At Clifton Thomas MD in Harris County, we recommend taking it easy while you’re recuperating at home since you can be more easily injured when your muscles are weakened from such an invasive procedure like hiatal hernia surgery.
Therefore, you should also avoid heavy lifting until advised otherwise by your hernia surgeon to prevent further damage or injuries. There is no better reason to wait on your family or friends than this!
Tips on how to prevent further damage from herniation of the stomach
There is no substitute for prevention when it comes to herniated stomachs. We cannot guarantee that surgical procedures will prevent future recurrences of herniations, even though they are highly effective in resolving herniations.
There are some simple changes that you can make at home which may help reduce the chances of herniating again:
All these things are what Clifton Thomas MD in West University Place recommends as part of hernia treatment.
Other preventive measures include finding a hiatal hernia surgeon, like those at Clifton Thomas MD, who can help keep track of your herniated stomach condition and follow up with you to ensure it doesn’t come back.
With the help of a hiatal hernia surgeon, they can provide you with personalized recommendations based on your eating habits, physical activity level, weight status, and type of work performed in order to reduce the likelihood of further recurrences.
Hernias are a common condition that can cause discomfort and even more damage if they’re not treated properly.
Our hiatal hernia surgeon at Clifton Thomas MD can help you if you suffer from heartburn or indigestion due to hernia symptoms in West University Place TX. By prescribing the appropriate treatment for your specific condition, he will improve your quality of life.
Call Clifton Thomas MD today at 713-936-0777 and we’ll walk you through the next steps towards recovery and lasting relief.
West University Place, often called West University or West U for short, is a city located in the U.S. state of Texas within the Houston-Sugar Land metropolitan area and southwestern Harris County. At the 2020 U.S. census, the population of the city was 14,955. It is nicknamed “The Neighborhood City” and is mainly a bedroom community for upper-class families.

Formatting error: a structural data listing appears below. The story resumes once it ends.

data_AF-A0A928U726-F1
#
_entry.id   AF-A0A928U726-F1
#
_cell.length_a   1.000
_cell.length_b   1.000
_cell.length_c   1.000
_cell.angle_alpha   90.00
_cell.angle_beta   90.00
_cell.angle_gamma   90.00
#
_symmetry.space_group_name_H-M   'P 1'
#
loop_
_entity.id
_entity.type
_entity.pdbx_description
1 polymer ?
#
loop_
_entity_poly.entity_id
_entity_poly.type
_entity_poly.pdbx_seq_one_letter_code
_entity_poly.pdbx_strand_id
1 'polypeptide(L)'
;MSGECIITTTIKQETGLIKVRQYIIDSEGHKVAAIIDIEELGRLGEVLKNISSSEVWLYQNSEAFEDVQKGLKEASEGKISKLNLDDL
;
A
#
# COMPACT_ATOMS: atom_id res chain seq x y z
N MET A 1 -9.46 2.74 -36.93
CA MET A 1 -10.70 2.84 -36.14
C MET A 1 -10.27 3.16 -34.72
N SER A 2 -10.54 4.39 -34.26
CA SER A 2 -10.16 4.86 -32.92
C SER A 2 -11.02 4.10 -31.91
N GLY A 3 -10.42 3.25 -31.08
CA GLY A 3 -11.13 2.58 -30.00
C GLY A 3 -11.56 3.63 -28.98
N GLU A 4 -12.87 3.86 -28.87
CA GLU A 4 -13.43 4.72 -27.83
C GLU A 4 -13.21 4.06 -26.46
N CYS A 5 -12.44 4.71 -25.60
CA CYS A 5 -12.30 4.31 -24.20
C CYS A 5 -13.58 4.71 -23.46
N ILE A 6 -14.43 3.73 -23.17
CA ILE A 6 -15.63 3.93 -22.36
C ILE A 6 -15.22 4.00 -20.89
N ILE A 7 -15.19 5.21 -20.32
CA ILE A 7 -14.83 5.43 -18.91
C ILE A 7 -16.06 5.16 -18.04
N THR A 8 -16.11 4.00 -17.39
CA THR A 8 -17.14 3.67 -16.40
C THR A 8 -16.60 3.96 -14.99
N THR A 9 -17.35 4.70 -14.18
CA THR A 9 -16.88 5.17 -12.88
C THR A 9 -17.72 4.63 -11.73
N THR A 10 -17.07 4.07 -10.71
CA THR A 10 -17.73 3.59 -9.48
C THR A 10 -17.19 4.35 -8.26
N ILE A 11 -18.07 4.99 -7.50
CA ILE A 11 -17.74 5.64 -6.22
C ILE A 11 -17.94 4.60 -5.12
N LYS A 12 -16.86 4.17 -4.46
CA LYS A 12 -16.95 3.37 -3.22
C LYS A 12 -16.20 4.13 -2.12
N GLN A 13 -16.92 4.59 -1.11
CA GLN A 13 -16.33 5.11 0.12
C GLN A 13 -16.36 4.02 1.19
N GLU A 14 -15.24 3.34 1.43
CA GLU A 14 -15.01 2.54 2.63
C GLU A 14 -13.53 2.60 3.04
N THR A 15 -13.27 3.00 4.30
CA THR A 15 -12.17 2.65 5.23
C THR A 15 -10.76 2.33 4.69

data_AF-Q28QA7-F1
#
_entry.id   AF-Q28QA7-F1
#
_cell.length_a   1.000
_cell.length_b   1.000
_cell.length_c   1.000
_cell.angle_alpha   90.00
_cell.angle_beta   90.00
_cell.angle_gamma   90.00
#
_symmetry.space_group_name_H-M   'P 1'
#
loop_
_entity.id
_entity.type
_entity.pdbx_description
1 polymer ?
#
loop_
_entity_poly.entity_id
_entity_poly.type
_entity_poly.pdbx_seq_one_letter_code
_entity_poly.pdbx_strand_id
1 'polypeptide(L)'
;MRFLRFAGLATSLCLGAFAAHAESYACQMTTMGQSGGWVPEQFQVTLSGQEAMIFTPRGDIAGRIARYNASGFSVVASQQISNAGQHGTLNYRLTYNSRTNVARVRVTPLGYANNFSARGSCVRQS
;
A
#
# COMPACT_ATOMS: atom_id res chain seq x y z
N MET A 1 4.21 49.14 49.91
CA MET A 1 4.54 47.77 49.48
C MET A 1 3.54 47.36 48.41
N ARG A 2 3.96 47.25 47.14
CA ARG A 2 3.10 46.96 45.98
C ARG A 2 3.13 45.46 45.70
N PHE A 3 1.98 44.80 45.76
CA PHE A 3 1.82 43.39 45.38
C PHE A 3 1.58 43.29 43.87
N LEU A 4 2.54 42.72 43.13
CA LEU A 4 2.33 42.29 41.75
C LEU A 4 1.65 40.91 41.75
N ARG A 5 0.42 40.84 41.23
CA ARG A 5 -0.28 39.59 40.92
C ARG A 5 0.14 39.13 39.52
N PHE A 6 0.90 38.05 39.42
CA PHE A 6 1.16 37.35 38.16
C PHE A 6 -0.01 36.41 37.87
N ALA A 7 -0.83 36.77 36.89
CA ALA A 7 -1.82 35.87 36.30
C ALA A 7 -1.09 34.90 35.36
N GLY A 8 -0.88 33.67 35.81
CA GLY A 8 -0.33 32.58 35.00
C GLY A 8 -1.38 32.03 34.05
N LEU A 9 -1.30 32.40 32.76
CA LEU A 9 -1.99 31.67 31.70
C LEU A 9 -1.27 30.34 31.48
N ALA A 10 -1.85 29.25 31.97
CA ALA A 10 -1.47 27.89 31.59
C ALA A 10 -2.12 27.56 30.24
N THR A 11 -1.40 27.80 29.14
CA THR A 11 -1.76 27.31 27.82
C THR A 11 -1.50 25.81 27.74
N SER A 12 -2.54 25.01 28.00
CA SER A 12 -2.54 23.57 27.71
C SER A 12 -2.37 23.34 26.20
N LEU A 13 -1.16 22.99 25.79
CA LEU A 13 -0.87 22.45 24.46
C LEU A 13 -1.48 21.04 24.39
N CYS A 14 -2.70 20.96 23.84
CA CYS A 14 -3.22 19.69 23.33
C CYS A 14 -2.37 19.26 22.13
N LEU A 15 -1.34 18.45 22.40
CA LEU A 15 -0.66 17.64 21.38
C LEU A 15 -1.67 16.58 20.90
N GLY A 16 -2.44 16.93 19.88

The city was developed in 1917 by Ben Hooper, a former Tennessee governor. The name “West University Place” originated from its proximity to Rice Institute, now known as Rice University. The first lots in the community were sold in 1917. Portions of West University were previously within the Harris County Poor farm, which extended from an area between Bellaire Boulevard and Bissonnet Street, eastward to an area near the “poor farm ditch.”
In the 1920s, Lillian “Lilly” Nicholson, a Rice University English major, lived with a friend whose father was a city planner. The city planner asked Nicholson and her friend to name the streets of West University Place. Nicholson took names from her English literature book and gave them to the streets in West University Place. As a result, many West University streets are named after authors, such as Geoffrey Chaucer, John Dryden, and William Shakespeare. Cydney Mackey, a family friend of Nicholson, said in a Houston Chronicle article, “Aunt Lilly had always said she wanted to be an architect, unknown for women in that era, and this was her way of making a small but lasting mark on our city’s landscape.” One street, Weslayan Road, is a misspelling of “Wesleyan.”
The City of West University Place was declared incorporated by the County Judge of Harris County on January 2, 1924. The city incorporated because Houston was reluctant to extend power lines that far from the city center. West University Place, unlike Houston Heights, did not consolidate into the City of Houston. Because of the 1923 incorporation, Houston did not incorporate West University Place’s territory into its city limits, while Houston annexed surrounding areas that were unincorporated. In 1939, the municipality refused to consolidate, later adopting a formal city charter the following year. The city had around 15,000 residents in the 1960s and the 1970s. The city had 12,714 people in 1990.Learn more about West University Place.